Michael McDowell His 10th-place finish is his fourth top 10 of the season. That equals how many top 10s he scored from 2017-19.

Chase Briscoe He won the Xfinity race Saturday at Bristol for his seventh victory of the season.

Sam MayerThe 17-year-old won his first career Truck race and followed it a few hours later by winning the ARCA race at Bristol.

LOSERS

Ryan Blaney Failed to advance to the second round, a round where he could be among the favorites to win a race. He was in position to win at Las Vegas in the spring before being called to pit before the overtime restart and losing the lead. He’s won the past two Talladega races, including last year’s playoff race there. He won the inaugural Charlotte Roval in 2018. What might have been. But a 10-point penalty for an inspection issue at Darlington and struggles there and at Richmond doomed him.

William Byron His playoffs ended with contact before the halfway mark. 

Ricky Stenhouse Jr. — Contact with Jimmie Johnson sent him into the wall. Stenhouse finished last. It is the third time he’s finished 40th this season.

Kevin Harvick wins Bristol night race

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Kevin Harvick held off Kyle Busch to win Saturday’s Cup night race at Bristol Motor Speedway.

Harvick came out on top after a spirited battle with Busch over the last 40 laps of the race. Harvick claimed his ninth win of the season, a career-best mark. He previous high was eight wins in 2018.

“To beat Kyle Busch at Bristol, I kind of got myself in a little bit of a ringer there,” Harvick told NBCSN. “I hit a lapped car and got a hole in the right-front nose, but just kept fighting. We don’t have anything else to lose. We were here to try to win a race.”

The top five was completed by Erik Jones, Tyler Reddick and Aric Almirola. Clint Bowyer finished sixth and was the last car on the lead lap.

MORE: Race results, points standings

MORE: What drivers said after the race

Busch, who is now winless through the first 29 races of the season, finished second after he started from the rear due to two pre-race inspection failures. He took the lead for the first time when he left pit road first during the Stage 1 break. He wound up leading 159 laps to Harvick’s 226.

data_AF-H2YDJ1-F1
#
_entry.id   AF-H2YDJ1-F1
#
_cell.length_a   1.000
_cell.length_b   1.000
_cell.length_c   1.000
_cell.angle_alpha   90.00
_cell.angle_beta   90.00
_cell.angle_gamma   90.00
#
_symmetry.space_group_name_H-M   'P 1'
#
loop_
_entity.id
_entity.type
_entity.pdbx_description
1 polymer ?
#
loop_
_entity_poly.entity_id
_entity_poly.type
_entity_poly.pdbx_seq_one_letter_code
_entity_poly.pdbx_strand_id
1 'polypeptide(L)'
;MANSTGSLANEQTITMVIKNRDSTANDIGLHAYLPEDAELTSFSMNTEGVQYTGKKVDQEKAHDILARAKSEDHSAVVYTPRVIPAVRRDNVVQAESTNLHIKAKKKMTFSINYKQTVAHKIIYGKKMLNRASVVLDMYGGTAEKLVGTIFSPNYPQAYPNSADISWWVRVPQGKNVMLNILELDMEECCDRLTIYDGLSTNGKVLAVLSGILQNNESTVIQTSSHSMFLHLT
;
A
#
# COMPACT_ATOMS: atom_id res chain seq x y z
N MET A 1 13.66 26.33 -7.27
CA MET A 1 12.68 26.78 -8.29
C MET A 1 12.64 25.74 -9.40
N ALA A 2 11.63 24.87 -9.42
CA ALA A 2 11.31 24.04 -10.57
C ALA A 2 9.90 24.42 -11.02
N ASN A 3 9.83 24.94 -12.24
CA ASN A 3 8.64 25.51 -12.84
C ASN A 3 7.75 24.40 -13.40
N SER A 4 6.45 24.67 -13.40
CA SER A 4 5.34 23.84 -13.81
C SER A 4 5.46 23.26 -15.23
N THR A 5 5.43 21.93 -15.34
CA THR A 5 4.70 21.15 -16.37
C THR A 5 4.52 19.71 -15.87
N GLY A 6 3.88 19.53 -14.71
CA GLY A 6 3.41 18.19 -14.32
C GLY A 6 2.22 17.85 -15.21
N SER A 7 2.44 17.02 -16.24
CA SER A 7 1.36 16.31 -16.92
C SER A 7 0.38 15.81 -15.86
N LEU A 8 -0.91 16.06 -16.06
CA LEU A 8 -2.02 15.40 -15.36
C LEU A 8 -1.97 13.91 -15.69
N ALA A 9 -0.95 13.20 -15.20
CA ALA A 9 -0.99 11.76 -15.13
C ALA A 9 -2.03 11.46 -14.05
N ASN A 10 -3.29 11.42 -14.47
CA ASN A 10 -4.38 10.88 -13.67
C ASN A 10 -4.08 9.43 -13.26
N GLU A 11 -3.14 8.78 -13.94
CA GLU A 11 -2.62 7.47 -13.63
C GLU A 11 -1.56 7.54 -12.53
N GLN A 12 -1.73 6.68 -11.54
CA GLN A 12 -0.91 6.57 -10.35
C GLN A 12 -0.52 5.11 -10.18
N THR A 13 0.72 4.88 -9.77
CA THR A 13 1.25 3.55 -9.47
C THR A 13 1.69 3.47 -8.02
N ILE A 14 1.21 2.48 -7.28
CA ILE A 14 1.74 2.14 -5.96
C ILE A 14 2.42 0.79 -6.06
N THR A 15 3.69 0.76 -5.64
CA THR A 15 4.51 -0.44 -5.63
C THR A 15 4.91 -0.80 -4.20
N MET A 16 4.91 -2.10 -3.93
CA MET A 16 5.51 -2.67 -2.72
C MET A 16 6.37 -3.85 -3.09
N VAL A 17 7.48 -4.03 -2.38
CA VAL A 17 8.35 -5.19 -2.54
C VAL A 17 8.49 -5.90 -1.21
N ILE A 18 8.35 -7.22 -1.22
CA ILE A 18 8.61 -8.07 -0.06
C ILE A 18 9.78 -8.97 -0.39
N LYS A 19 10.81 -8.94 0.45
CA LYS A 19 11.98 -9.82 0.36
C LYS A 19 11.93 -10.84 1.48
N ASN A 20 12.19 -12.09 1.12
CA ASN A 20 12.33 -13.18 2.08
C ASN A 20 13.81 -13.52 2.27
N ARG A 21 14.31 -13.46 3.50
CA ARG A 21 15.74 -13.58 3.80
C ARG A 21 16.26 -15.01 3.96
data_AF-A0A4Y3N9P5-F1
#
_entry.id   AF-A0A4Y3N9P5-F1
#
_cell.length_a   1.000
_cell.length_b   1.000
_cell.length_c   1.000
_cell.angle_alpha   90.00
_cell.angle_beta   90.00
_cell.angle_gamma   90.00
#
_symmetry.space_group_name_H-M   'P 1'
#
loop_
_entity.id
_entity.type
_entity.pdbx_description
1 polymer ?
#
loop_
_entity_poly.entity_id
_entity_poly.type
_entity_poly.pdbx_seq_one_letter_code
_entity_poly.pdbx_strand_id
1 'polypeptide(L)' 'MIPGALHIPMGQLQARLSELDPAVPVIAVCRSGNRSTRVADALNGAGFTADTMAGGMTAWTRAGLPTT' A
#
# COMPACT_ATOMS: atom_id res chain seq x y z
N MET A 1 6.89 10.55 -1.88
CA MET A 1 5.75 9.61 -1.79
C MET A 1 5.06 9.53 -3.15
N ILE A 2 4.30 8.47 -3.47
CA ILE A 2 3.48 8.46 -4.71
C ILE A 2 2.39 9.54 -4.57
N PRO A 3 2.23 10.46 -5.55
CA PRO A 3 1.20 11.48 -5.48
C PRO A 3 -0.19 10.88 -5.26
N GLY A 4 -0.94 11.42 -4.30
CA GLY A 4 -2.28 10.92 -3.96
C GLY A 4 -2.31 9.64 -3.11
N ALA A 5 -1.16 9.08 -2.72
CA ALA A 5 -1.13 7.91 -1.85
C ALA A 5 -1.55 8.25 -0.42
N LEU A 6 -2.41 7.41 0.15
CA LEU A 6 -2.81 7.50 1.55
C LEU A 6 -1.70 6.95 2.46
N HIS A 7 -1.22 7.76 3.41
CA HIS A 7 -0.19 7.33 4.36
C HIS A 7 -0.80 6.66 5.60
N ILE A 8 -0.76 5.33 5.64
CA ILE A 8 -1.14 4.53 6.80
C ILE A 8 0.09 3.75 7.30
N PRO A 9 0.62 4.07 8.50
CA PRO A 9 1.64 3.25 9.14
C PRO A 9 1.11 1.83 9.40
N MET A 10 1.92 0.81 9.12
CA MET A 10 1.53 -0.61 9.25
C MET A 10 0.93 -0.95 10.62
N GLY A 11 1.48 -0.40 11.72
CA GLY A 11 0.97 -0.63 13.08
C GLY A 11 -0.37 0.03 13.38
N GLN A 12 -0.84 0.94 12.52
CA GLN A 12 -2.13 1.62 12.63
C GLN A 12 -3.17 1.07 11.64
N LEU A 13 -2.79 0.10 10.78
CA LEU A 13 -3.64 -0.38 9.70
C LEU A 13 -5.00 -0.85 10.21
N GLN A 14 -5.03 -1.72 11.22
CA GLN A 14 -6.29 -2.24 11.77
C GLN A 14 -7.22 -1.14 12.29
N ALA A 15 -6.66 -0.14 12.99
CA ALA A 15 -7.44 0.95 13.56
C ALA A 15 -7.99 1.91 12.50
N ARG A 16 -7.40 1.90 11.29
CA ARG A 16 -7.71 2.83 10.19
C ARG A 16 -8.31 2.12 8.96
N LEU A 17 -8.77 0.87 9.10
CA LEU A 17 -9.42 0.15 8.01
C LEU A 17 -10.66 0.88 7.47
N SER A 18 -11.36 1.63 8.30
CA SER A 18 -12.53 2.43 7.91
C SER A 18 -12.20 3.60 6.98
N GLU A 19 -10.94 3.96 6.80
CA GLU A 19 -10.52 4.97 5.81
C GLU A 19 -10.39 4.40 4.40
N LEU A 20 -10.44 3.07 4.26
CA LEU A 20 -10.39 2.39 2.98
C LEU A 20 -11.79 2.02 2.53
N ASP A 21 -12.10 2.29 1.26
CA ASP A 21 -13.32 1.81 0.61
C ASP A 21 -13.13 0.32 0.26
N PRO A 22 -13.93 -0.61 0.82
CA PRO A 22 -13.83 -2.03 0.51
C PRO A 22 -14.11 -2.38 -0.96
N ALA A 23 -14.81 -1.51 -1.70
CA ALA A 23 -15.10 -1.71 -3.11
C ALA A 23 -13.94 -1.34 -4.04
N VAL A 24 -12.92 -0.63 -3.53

Harvick’s nine victories has him on pace to become the first driver to win at least 10 Cup races in a season in more than a decade and only the third driver to reach that mark in the past quarter century. Harvick has won three of the last five races.

“It’s just been a weird year, but it’s been an unbelievable year on the racetrack,” Harvick said. “I can’t thank everybody at Stewart-Haas Racing enough.”

Jimmie Johnson is the last driver to accomplish the feat. He won 10 races in 2007. The only other driver to reach that mark in the last 25 years is Jeff Gordon. He won 13 races in 1998 and 10 races each in 1996 and ’97.

The last driver not from Hendrick Motorsports to reach at least 10 wins in a season was Rusty Wallace. He won 10 times in 1993 for car owner Roger Penske.

Ryan Blaney, Matt DiBenedetto, William Byron and Cole Custer entered the race below the cutline to advance to the Round of 12 and were all eliminated from contention.

STAGE 1 WINNER: Chase Elliott

STAGE 2 WINNER: Kyle Busch

WHO HAD A GOOD RACE: Erik Jones earned his second top five in the last three races … Tyler Reddick earned his third top five of the season and his first since the July 19 race at Texas … Ryan Preece placed ninth for his first top 10 of the year … Michael McDowell finished 10th for his fourth top 10 this season, a career-best

WHO HAD A BAD RACE: Ricky Stenhouse Jr. finished last after he was eliminated in a crash on Lap 29 after he made contact with Jimmie Johnson … Matt DiBenedetto’s chances of advancing in the playoffs were dashed when he had to pit for loose right rear tire on Lap 187 and then was caught speeding on pit road after returning to the lead lap. He finished 19th …. Martin Truex Jr. finished 24th after he had to pit for a tire issue on Lap 214 … Denny Hamlin finished 21st after he rammed into the back of Truex moments after he exited pit road following his stop … William Byron was eliminated from the race and playoff contention late in Stage 2 after he ran into the back of Christopher Bell … Pole-sitter Brad Keselowski placed 34th after he lost power steering early in the final stage and was black flagged for not meeting minimum speeding. After a lengthy stay in the garage, Keselowski returned to the race with about 105 laps left in the race.

WHAT’S NEXT: Round of 12 opener at Las Vegas Motor Speedway at 7 p.m. ET Sept. 27 on NBCSN.